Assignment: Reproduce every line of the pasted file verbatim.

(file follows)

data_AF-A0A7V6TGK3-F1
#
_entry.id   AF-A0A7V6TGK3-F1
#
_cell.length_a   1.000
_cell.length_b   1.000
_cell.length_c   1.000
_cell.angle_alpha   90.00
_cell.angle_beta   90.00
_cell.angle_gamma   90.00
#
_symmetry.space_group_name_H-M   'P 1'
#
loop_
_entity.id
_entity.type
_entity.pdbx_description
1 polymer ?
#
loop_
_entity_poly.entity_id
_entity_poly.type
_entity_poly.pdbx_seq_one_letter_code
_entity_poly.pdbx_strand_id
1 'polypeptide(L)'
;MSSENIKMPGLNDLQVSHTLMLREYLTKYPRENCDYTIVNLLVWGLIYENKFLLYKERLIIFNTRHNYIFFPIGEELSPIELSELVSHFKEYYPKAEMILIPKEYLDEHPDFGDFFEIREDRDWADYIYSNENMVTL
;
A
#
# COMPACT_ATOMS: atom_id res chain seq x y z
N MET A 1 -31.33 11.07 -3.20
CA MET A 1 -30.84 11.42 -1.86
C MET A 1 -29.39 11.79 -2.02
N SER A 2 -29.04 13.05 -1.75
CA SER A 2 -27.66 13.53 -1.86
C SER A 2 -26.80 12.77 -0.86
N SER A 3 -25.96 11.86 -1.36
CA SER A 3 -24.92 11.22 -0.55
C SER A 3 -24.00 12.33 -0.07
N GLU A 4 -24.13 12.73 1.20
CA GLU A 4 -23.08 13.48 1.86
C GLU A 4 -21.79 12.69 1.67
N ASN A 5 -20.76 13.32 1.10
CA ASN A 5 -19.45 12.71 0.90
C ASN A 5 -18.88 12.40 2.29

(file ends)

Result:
data_AF-A0A7V6TGK3-F1
#
_entry.id   AF-A0A7V6TGK3-F1
#
_cell.length_a   1.000
_cell.length_b   1.000
_cell.length_c   1.000
_cell.angle_alpha   90.00
_cell.angle_beta   90.00
_cell.angle_gamma   90.00
#
_symmetry.space_group_name_H-M   'P 1'
#
loop_
_entity.id
_entity.type
_entity.pdbx_description
1 polymer ?
#
loop_
_entity_poly.entity_id
_entity_poly.type
_entity_poly.pdbx_seq_one_letter_code
_entity_poly.pdbx_strand_id
1 'polypeptide(L)'
;MSSENIKMPGLNDLQVSHTLMLREYLTKYPRENCDYTIVNLLVWGLIYENKFLLYKERLIIFNTRHNYIFFPIGEELSPIELSELVSHFKEYYPKAEMILIPKEYLDEHPDFGDFFEIREDRDWADYIYSNENMVTL
;
A
#
# COMPACT_ATOMS: atom_id res chain seq x y z
N MET A 1 -31.33 11.07 -3.20
CA MET A 1 -30.84 11.42 -1.86
C MET A 1 -29.39 11.79 -2.02
N SER A 2 -29.04 13.05 -1.75
CA SER A 2 -27.66 13.53 -1.86
C SER A 2 -26.80 12.77 -0.86
N SER A 3 -25.96 11.86 -1.36
CA SER A 3 -24.92 11.22 -0.55
C SER A 3 -24.00 12.33 -0.07
N GLU A 4 -24.13 12.73 1.20
CA GLU A 4 -23.08 13.48 1.86
C GLU A 4 -21.79 12.69 1.67
N ASN A 5 -20.76 13.32 1.10
CA ASN A 5 -19.45 12.71 0.90
C ASN A 5 -18.88 12.40 2.29